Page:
A fish and chips plate is in focus.
If your notion of a healthy dinner entails fried fish and french fries, it may be time to reassess. (For Spectrum Health Beat)

When it comes to so-called good foods and bad foods, it’s pretty easy to separate a green salad from a piece of pie.

But some healthy foods can become less beneficial for you simply because of the way you cook them.

Researchers analyzed three years of eating patterns of kids between the ages of 7 and 13 who gained excess weight in that time and identified the foods most likely to get the blame.

Fat-based spreads like butter, desserts, candy and sugary beverages and processed meats were on the list.

But so were poultry and fish when breaded and battered, as well as potatoes cooked in oil—from French fries to chips.

In these cases, the cooking methods undermined the value of otherwise healthful foods and not just the chicken and fish.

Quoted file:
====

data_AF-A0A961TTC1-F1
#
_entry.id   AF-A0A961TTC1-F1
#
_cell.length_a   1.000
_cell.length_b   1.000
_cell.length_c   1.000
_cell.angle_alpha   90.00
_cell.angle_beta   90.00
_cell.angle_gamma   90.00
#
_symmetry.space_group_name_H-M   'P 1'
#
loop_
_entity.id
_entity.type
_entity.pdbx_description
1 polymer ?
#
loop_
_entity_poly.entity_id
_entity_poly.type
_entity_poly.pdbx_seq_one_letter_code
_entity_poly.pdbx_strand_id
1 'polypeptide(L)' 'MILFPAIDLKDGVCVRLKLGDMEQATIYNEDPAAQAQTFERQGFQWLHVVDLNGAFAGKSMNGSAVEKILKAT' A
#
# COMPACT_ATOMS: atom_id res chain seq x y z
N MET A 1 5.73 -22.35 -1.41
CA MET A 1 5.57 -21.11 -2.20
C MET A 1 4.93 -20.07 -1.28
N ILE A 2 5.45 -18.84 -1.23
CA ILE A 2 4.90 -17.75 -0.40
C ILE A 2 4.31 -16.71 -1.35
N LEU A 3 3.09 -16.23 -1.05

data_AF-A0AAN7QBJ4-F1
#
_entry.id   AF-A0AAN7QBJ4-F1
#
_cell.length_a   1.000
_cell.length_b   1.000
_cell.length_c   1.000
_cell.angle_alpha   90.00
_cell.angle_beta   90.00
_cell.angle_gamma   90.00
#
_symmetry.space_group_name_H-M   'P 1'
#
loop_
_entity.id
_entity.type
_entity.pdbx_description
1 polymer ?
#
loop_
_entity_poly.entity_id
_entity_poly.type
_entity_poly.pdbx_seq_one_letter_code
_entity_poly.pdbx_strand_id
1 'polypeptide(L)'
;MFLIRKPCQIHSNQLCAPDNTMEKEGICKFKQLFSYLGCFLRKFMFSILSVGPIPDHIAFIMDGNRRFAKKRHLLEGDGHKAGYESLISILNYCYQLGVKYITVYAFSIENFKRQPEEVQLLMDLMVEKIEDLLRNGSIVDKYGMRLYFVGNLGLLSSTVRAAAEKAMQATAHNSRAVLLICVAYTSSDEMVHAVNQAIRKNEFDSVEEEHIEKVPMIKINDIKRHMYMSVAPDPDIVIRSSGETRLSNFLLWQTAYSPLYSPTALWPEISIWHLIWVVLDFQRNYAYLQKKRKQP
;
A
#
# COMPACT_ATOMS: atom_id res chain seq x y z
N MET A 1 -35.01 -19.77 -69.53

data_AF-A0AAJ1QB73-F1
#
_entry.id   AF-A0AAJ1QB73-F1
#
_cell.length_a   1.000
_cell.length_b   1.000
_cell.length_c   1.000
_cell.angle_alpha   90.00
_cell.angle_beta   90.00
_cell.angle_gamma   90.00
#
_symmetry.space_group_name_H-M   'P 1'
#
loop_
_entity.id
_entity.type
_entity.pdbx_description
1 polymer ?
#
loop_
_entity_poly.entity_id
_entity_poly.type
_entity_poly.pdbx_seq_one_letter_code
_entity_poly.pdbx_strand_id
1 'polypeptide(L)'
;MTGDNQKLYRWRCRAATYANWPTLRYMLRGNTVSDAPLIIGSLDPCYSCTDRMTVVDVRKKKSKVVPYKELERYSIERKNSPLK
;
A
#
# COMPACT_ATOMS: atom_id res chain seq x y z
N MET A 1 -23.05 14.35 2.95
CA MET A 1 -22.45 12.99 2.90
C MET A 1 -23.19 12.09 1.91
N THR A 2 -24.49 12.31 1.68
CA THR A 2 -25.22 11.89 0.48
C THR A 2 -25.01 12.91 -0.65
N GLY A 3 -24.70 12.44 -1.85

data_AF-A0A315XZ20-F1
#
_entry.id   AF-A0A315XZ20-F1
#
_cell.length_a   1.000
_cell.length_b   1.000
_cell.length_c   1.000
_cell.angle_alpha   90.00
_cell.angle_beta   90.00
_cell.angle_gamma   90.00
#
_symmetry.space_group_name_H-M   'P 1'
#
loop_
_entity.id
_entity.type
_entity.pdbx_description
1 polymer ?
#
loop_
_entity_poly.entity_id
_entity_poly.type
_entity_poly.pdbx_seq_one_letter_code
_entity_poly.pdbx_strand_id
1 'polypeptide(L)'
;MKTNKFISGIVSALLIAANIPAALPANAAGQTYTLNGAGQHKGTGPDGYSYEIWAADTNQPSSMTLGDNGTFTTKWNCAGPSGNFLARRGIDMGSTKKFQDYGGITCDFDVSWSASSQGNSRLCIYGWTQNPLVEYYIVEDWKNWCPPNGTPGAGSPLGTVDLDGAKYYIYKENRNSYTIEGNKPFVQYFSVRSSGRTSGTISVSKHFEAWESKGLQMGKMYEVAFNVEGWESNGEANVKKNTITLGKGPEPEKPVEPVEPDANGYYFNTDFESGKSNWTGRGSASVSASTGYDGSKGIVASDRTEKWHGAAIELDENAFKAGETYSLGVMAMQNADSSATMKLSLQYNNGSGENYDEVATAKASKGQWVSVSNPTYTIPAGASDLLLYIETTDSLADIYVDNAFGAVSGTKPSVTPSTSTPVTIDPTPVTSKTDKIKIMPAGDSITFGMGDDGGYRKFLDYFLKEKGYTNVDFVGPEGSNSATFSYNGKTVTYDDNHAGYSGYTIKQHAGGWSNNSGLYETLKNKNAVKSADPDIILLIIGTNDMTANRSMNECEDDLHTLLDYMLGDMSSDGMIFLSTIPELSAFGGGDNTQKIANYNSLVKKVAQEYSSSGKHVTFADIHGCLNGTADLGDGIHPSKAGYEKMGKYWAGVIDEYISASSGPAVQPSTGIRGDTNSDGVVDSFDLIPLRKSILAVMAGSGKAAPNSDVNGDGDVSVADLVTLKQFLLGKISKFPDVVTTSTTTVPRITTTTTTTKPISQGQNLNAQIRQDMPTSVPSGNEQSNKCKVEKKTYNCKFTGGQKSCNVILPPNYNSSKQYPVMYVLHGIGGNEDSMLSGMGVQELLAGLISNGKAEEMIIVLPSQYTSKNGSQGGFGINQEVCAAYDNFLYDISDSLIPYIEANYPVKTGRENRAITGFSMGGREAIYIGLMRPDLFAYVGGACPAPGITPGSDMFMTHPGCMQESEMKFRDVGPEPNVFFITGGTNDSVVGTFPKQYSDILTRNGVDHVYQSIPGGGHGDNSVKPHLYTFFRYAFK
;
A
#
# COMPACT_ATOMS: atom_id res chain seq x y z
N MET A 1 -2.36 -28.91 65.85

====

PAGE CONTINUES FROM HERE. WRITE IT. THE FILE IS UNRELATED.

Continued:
The researchers pointed out that when boiled or mashed without any fat, potatoes are satisfying, yet not associated with unwanted weight gain.

Of course, if you leave off the coatings, chicken and fish won’t lead to excess pounds either.

Note: Baking, poaching and light sauteing are tasty alternatives, especially when you add herbs to increase flavor.

The researchers also singled out whole grains and high-fiber cereals as good foods that don’t promote overweight. These happen to also be high in fiber, which is important for children as well as adults—and many kids don’t get enough.

The bottom line: Prepare healthy foods in healthy ways so kids, as well as mom and dad, get vital nutrients without unwanted calories that come from cooking techniques like breading and deep frying.